"So, on Google, my privacy is absolutely secure," Carmichael challenges MacKay. "I cannot be hacked." MacKay concurs -- and yes, in response to his next assertion, he can "take his laundry and leave at any time" via Google Takeout. Give that search engine a Jubilee medal!
by Kady O'Malley 10/30/2012 8:12:52 PM
Back to Charmaine Borg - whose motion, some readers might recall, launched the committee down its current line of inquiry in the first place back in May -- who wonders whether websites are recorded by default -- without changing any settings -- and, if so, when that data would be automatically deleted. MacKay points out that it's "an evolutionary approach", so there will be elements of that data that may be useful in future, including some that could be aggregated and used to create new tools. Borg persists: Is there an automatic destruction sequence after, say, ten years? There is -- ish, but it's not quite that simple, MacKay notes.
Borg, it seems, is particularly interested in ensuring that consumers are consenting in a knowing, enlightened state, which gives MacKay the opportunity to tout an Android feature that allows users to reject a particular app based on the level of usefulness.
by Kady O'Malley 10/30/2012 8:18:03 PM
Back to the government side, where Brad Butt begins by thanking Google for inviting committee members to visit the Plex during their trip to Washington DC last month, and then shifts back to the delicate question of enforcing the law, and whether the Canadian regime is toothier than that in operation south of the border.
MacKay pauses before answering, and begins by demurring on the specifics of the US regulatory framrwork, while noting that Canada, of course, has federal protection, which means a consistent approach across the country. The danger of moving to a more adversarial relationship -- like that in Europe, where data protection authorities have the power to levy fines -- is that it could result in more "cautious" dynamics, in contrast with the current situation, in which there is "dialogue" between the industry and the privacy commissioner.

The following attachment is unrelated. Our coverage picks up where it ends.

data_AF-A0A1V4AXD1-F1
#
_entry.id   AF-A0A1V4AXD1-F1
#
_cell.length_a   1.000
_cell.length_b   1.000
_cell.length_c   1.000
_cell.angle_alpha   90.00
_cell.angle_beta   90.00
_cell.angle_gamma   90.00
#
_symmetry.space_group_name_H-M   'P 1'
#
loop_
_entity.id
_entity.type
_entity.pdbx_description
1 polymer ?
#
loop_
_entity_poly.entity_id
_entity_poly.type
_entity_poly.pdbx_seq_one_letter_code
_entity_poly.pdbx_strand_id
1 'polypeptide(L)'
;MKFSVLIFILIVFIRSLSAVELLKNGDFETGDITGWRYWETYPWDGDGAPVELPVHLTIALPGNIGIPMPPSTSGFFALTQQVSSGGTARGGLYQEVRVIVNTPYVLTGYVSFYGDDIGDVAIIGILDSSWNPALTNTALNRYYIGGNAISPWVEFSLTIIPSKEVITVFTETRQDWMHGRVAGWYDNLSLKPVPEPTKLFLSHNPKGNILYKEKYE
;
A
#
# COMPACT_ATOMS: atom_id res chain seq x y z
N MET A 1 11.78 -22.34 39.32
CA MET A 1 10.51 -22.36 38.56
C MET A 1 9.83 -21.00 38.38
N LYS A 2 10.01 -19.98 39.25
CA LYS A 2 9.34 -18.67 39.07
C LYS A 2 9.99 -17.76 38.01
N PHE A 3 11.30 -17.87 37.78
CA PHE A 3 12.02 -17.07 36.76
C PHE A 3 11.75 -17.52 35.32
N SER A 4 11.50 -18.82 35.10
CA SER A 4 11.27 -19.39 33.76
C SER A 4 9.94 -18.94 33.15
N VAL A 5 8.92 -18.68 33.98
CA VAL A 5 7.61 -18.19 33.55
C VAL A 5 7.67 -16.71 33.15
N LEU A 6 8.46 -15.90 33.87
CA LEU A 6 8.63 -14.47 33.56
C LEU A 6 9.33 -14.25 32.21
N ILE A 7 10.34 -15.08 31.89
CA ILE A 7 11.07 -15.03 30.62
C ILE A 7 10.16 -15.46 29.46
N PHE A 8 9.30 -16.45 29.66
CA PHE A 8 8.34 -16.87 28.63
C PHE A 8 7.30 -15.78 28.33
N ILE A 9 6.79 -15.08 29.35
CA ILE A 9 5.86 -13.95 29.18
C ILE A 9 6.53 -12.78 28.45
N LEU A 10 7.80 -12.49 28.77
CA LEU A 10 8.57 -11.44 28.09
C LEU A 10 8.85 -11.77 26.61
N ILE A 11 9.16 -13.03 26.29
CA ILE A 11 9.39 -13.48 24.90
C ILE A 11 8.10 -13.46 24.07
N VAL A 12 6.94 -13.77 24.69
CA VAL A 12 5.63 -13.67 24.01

by Kady O'Malley 10/30/2012 8:23:23 PM
Moving from the macro to the micro, Butt notes that he has a soon-to-be-teenage daughter who is already *very* socially media savvy. Should there be special tools to make sure young users -- and older users who, as Butt puts it, "should know better" -- fully understand the context? MacKay shares his concern -- he has three children over the age of 12 -- but notes that, while the technology may be new, it really is the age old challenge of trying to exert control over someone who is becoming an adult.
by Kady O'Malley 10/30/2012 8:26:26 PM
Back on the opposition side of the table, Alexander Boulerice wonders whether Google would go bankrupt -- or, at least, lose out on vast quantities of money -- if *everyone* went incognito, which MacKay dismisses: the advertising would simply be more generic, and less targeted.
by Kady O'Malley 10/30/2012 8:29:45 PM
It appears the committee has no more pending questions -- or quesitoners on the list, at least -- which gives the chair the rare opportunity to ask one of his own: What if a Chrome user who goes incognito commits crimes? Is he or she really untraceable? MacKay points out that if one is, for instance, promoting sedition or engaged in similar activities, they'd likely be on the radar already, making the browser (and its logs) largely irrelevant.
by Kady O'Malley 10/30/2012 8:33:45 PM
And that's a wrap! Well, as far as the public portion of today's meeting -- they're going in camera to deal with future witness lists, so I'm being kindly but firmly ejected from the room. Hope you all enjoyed the coverage!
by Kady O'Malley 10/30/2012 8:34:50 PM